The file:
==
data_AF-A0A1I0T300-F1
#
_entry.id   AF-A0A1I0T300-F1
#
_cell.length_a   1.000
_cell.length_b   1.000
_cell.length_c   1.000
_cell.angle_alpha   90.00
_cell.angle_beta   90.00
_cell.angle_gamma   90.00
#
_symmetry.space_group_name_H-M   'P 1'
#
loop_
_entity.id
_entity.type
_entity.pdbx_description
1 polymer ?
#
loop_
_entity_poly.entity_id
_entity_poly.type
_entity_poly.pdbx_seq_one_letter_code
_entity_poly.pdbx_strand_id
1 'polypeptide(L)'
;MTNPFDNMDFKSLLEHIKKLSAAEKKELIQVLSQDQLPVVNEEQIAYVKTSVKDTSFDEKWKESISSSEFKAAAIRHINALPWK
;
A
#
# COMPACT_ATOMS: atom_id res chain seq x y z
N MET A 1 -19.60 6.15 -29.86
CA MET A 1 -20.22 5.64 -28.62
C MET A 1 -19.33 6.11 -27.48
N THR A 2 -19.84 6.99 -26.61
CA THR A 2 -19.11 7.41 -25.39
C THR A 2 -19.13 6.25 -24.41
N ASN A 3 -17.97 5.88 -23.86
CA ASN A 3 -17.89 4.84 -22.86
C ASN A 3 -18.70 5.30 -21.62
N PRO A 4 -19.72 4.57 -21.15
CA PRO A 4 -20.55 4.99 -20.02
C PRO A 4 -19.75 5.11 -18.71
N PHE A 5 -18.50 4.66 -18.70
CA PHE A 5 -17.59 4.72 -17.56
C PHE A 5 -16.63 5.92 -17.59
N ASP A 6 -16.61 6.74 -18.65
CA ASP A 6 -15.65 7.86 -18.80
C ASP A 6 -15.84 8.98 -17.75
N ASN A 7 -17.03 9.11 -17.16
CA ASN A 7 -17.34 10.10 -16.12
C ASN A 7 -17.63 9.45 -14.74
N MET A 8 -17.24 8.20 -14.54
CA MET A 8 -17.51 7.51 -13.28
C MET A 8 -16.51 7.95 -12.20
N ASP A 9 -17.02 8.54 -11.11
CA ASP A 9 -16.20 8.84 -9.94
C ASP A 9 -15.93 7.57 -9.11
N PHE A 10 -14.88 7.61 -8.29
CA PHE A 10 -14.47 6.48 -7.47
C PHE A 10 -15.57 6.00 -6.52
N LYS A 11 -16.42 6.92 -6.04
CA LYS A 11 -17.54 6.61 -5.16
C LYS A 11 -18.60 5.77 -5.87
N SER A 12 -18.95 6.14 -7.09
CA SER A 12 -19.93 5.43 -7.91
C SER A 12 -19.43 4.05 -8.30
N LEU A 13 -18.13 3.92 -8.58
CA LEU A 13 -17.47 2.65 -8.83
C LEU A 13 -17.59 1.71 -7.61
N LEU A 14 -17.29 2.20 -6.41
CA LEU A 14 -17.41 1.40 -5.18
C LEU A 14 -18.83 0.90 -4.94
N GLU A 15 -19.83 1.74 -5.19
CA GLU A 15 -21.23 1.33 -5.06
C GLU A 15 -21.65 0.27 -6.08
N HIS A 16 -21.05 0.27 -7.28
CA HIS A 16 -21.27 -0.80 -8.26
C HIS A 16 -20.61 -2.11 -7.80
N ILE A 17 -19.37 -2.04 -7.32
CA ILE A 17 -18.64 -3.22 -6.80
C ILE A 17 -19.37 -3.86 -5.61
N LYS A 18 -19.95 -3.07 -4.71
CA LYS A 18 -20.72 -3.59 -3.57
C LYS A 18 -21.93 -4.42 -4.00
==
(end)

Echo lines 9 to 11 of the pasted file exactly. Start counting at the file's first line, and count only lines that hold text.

_cell.angle_beta   90.00
_cell.angle_gamma   90.00
#